280,000 Guarani Indians live in four countries


280,000 Guarani live in four countries, says research that was presented in ATL on April 27, 2017

Guarani People Mbyá, Rio Grande do Sul. Credit Renato Santana / Cimi

Do you know how many Guarani Indians exist in the world? According to the Guarani Continental Map, at least 280,000 people across 1.4 thousand communities in four different countries – Argentina, Bolivia, Brazil and Paraguay. They all share a common language and culture. The result of this work was presented on Thursday, 27 April, at 7:00 pm, in the 14th Camp Terra Livre (ATL) which ended on 28th April, the biggest Terra Livre camp on history!

In three years of research, a volunteer team of more than 200 indigenous, indigenist, and scholarly people surveyed land and demographics of the largest indigenous population in the lowlands of South America.

The result of the research came to public appreciation in two formats: a printed publication of the Trilingual Map – Portuguese, Spanish and Guarani -, accompanied by a book, and a digital version of the material in Portuguese.

The more than 280,000 people Guarani are distributed in 1461 communities, villages, urban neighborhoods or family nucleus in the four countries. The majority of the Guarani population – 85,000 people – live in Brazil, followed by 83,000 in Bolivia, 61,000 in Paraguay and 54,000 in Argentina. According to the research in the last twenty years, the Guarani are in process of population growth, involving high levels of fecundity.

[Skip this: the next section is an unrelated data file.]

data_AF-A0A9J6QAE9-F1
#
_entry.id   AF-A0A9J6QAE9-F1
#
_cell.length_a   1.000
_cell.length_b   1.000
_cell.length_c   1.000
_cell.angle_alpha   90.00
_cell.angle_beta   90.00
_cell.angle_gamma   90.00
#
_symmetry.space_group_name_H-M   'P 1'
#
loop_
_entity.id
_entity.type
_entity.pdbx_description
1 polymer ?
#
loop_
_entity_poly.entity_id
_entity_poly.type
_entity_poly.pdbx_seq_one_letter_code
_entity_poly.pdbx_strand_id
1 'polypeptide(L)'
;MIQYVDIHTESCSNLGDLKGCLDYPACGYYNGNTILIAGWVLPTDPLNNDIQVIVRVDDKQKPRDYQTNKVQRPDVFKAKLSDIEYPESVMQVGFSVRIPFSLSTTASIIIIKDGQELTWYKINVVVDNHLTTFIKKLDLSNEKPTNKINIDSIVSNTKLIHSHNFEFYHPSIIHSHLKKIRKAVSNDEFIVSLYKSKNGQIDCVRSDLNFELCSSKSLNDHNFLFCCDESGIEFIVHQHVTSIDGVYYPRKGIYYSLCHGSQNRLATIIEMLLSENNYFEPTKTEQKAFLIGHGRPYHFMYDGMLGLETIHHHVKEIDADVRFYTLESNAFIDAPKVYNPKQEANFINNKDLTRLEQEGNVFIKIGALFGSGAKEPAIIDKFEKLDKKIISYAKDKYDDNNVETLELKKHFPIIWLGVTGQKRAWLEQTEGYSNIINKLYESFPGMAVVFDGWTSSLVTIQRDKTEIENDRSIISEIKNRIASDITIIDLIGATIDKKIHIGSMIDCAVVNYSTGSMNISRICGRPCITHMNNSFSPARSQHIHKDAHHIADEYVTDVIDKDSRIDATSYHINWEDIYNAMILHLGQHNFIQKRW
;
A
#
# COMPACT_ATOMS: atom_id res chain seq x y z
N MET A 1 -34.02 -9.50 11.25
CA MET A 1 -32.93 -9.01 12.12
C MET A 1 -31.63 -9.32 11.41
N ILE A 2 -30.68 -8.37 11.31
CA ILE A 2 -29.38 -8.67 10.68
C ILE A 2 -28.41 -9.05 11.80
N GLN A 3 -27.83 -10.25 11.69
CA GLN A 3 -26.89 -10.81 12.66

Using up-to-date data, the maps indicate where they live, how they called the places they live in, how many are they, and what are the natural ecosystems in which the Guarani populations live.

For Map organizers the survey helps to understand the “extraordinary capacity demonstrated by the various Guarani peoples to remain Guarani after five centuries of intense colonial pressure.” Transiting from the Atlantic coast to the pre-Andean region, the Guarani remain alive, “as protagonists of the present and builders of the future”, updating and developing new models of settlement in their ancestral territories, now cut by the current borders of different national states.

In this sense, the Map shows the conditions in which the Guarani live in relation to the States, having as extreme the severe reality of spoliation and conflict with producers of soy, cane and cattle in Brazil, and the experiences in Bolivia, where the Guarani conquered the Recognition of most of its traditional territories.

The research will serve as a tool for indigenous Guarani in their demands for territories and public policies that respect their autonomy as peoples living in different countries but united by language, worldview, history and culture.

According to Bartolomeu Meliá, the anthropologist and publisher of the book of the Continental Guarani Map, the research aims to “strengthen the resistance of the Guarani and reaffirm their dignity towards those who want to exclude them”, referring to the cyclical violence of non-indigenous society to the Guarani peoples .

In addition, Meliá argues that “Guarani culture and economy are concrete proposals for another type of society”, and that colonial society can learn from the natives: “after all, non-Guarani people can also live a Ñande Reko – a new way of Being, more just and egalitarian, more peaceful and free. “